Oftentimes big life events come in multiples, crowding you with too many competing emotions to make head or tail of. That was the case for the sisters who make up English folk trio The Staves: Emily, Jessica and Camilla Staveley-Taylor. While still processing the death of their mother, Emily welcomed her first child, and each sister underwent shifting relationships. The Staveley-Taylors found themselves pondering the many cycles of life they seemed to be grappling with all at once, yet they chose to focus on the good in all this unrest. Or, in their words: “We think of love. Big, big love. Our Mum. Our Dad. Our friends. And of loss. Death and birth. Womanhood, motherhood. Sisterhood. And coming home.”
That’s a lot to cover in one record, but there’s no evidence of emotional overcrowding on their new project Good Woman. Rather, an assured mood stretches out across these 12 songs, which celebrate or contemplate every chapter of womanhood The Staves have faced or are facing. Emily, Jessica and Camilla utilize their already-fortified arsenal of heavenly harmonies and folk instrumentals to craft this enlightened collection of songs, embellishing them with a newfound production flair along the way.
The natural progression of this band would’ve almost certainly led them to the bold new energy that courses through Good Woman eventually, but the process was probably sped up with a little help from ace indie producer John Congleton, who has worked with the likes of Phoebe Bridgers, St. Vincent and, notably, Sharon Van Etten on her 2019 left-turn, the daring Remind Me Tomorrow. Good Woman is likewise The Staves’ biggest sonic push yet. The jittery “Best Friend,” which bursts with electronic flavor, casts the sisters’ glorious three-part harmonies in a new light, while its successor “Careful, Kid” bristles with a foreboding industrial beat.
Those familiar harmonies get another chance to shine on the lovely “Nothing’s Gonna Happen,” which sounds most like The Staves’ previous output, including their very folksy 2015 LP If I Was. “Paralysed,” a song about the sensation of feeling stuck in a relationship or otherwise, also delightfully follows the stripped-back formula. Their new confidence is exciting to witness, but the cozy campfire melodies like those on “Nothing’s Gonna Happen” will always be The Staves’ bread and butter.
But they spend the majority of Good Woman establishing new staples. The jubilant title track and album opener proves to be an apt thesis for the record, as the simple statement “I’m a good woman,” which is repeated throughout the song, has both a profound meaning and no meaning at all. There are no statutes defining feminine goodness. Being a “good” sister, friend, mother, daughter, aunt, partner or woman looks a million different ways, but The Staves’ confident declaration acts like an enforcement of every kind of goodness. It’s like they’re trying to convince themselves as much as their listeners that whatever version of good you’re wearing, it’s OK—immaculate, even.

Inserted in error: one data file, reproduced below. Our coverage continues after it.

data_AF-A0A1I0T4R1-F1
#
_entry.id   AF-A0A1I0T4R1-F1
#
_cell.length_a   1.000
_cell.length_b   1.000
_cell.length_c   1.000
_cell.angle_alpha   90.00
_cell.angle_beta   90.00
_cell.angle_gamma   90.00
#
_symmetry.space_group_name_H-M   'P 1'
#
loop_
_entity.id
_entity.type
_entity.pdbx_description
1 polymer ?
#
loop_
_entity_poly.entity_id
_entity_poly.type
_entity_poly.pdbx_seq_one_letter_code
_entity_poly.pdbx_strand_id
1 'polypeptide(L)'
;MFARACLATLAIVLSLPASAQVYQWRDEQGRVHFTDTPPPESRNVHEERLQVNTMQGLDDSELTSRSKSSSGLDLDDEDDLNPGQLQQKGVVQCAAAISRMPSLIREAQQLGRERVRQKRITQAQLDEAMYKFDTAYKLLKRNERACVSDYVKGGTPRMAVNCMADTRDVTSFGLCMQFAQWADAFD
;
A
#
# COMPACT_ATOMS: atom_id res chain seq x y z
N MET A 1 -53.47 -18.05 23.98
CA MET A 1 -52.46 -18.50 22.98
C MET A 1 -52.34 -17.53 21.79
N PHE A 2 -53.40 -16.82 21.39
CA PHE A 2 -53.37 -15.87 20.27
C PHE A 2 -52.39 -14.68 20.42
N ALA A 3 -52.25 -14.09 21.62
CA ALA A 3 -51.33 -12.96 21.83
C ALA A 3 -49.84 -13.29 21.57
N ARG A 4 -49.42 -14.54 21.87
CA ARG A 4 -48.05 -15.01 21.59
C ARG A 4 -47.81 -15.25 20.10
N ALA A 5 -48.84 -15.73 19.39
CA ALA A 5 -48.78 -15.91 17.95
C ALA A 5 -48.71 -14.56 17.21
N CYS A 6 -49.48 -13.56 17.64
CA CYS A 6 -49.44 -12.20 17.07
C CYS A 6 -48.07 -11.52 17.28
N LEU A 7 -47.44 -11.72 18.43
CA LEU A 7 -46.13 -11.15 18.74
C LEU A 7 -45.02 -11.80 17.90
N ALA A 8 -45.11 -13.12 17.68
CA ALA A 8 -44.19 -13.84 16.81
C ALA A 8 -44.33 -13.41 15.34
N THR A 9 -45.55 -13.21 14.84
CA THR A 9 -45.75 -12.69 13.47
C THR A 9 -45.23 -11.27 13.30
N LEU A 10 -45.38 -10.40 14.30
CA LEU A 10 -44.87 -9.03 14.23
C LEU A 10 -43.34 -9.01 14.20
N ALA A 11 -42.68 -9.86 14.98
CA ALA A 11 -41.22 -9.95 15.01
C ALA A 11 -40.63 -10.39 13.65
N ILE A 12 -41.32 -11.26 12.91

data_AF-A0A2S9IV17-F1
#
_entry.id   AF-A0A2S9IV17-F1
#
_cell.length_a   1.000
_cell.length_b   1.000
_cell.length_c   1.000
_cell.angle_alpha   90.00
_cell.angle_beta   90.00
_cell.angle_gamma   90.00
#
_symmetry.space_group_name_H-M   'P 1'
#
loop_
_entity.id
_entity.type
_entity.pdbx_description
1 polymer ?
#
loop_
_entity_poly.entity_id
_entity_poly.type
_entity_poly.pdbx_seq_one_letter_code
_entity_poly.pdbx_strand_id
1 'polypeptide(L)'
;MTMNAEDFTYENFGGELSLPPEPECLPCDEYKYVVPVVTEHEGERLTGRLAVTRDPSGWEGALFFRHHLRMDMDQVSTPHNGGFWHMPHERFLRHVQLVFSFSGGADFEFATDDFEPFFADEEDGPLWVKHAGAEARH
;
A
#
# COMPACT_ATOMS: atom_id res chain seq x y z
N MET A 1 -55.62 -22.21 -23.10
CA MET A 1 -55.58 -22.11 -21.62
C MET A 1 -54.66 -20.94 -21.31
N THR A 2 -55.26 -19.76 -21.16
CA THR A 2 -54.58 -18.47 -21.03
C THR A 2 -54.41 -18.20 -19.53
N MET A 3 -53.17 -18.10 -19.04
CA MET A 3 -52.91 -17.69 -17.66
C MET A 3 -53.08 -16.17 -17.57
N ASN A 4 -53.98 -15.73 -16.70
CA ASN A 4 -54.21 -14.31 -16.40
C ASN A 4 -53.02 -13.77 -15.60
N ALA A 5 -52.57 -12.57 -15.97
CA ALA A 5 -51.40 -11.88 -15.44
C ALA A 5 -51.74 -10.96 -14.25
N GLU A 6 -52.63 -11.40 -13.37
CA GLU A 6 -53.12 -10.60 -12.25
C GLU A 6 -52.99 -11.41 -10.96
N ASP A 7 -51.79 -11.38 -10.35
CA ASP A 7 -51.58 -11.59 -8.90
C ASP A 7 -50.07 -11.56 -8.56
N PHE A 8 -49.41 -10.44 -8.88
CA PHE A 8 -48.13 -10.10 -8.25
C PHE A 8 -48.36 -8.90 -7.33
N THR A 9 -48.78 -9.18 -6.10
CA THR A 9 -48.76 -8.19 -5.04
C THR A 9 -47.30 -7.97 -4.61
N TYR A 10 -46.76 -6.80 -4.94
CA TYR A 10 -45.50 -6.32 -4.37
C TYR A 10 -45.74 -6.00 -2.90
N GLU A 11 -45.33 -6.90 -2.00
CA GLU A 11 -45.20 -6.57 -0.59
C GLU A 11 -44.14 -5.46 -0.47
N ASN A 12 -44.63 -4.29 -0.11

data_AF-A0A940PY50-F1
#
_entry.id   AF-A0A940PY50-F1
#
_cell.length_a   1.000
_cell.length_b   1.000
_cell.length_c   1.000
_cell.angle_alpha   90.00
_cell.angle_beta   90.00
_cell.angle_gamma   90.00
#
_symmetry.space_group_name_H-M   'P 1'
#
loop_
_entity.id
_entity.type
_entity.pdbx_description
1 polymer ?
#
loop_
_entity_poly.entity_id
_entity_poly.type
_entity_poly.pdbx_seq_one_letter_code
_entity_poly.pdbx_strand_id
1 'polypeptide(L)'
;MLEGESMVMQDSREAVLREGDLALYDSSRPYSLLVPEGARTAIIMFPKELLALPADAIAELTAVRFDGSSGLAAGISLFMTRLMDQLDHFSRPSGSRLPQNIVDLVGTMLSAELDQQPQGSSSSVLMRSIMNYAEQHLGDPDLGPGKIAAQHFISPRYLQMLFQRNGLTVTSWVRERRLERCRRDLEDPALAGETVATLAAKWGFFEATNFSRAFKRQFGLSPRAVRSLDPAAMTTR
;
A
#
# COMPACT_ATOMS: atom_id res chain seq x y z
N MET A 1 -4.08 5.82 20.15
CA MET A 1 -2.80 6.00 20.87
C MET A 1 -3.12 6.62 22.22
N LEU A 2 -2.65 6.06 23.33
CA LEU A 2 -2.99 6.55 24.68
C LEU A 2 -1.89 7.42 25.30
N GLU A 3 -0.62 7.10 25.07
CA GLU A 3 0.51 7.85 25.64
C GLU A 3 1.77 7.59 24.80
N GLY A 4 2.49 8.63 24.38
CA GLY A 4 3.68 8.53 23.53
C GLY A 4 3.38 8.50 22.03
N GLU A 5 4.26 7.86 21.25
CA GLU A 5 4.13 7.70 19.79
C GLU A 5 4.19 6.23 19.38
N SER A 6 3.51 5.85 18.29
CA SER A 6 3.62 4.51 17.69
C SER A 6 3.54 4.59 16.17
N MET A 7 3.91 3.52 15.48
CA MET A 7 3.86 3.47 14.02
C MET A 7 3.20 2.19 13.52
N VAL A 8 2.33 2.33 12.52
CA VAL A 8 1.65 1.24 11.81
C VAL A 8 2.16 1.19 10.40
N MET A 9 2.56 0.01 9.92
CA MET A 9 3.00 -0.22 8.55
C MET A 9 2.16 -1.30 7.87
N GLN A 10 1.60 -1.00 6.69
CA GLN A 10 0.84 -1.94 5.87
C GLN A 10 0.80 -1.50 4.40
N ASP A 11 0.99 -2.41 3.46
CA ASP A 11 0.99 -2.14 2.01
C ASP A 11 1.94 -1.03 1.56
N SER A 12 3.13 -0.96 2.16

The song “Failure,” too, deals with perceptions of success and goodness, and the pressure to put on a happy face for those around us. Though it’s a bit cheeky (especially when all three sisters sing the verse “I’m sorry if all of us really killed your vibe” in dry unison), even as they depict what it feels like to wade through grief and, in turn, feel like a burden for sitting in one’s own feelings of sadness.
“Devotion” climbs a little higher, featuring a sturdy indie-pop beat, finger snaps and a spot of slide guitar, as the sisters describe that moment when you realize you’re in a relationship for the long haul—perhaps not in a healthy way. “Satisfied” has a tremendous sway to it as the Staveley-Taylors turn the camera back onto the listener, asking that they consider for a moment their own interpretations of the emotions at hand on this record: goodness, failure, satisfaction, grief, devotion and strength.
Any artist who gets a wild hair to chase after a new sound should surely take that opportunity to see where it leads, and it sounds like The Staves combed through a whole head of wild locks to reach their new stylistic heights. While their quiet folk songs are not a thing of the past, Good Woman benefits from the poppier textures and shiny new grooves implemented with help from Congleton. Rather than shy away from the changes life hurled at them, Emily, Jessica and Camilla embraced the shifts in their own time. As they sing defiantly on the album’s final track, “I’ll change when I want to.” And I’m happily beholden to whatever direction they take next.
Ellen Johnson is a former Paste music editor and forever pop culture enthusiast. Presently, she’s a copy editor, freelance writer and aspiring marathoner. You can find her tweeting about all the things on Twitter @ellen_a_johnson and re-watching Little Women on Letterboxd.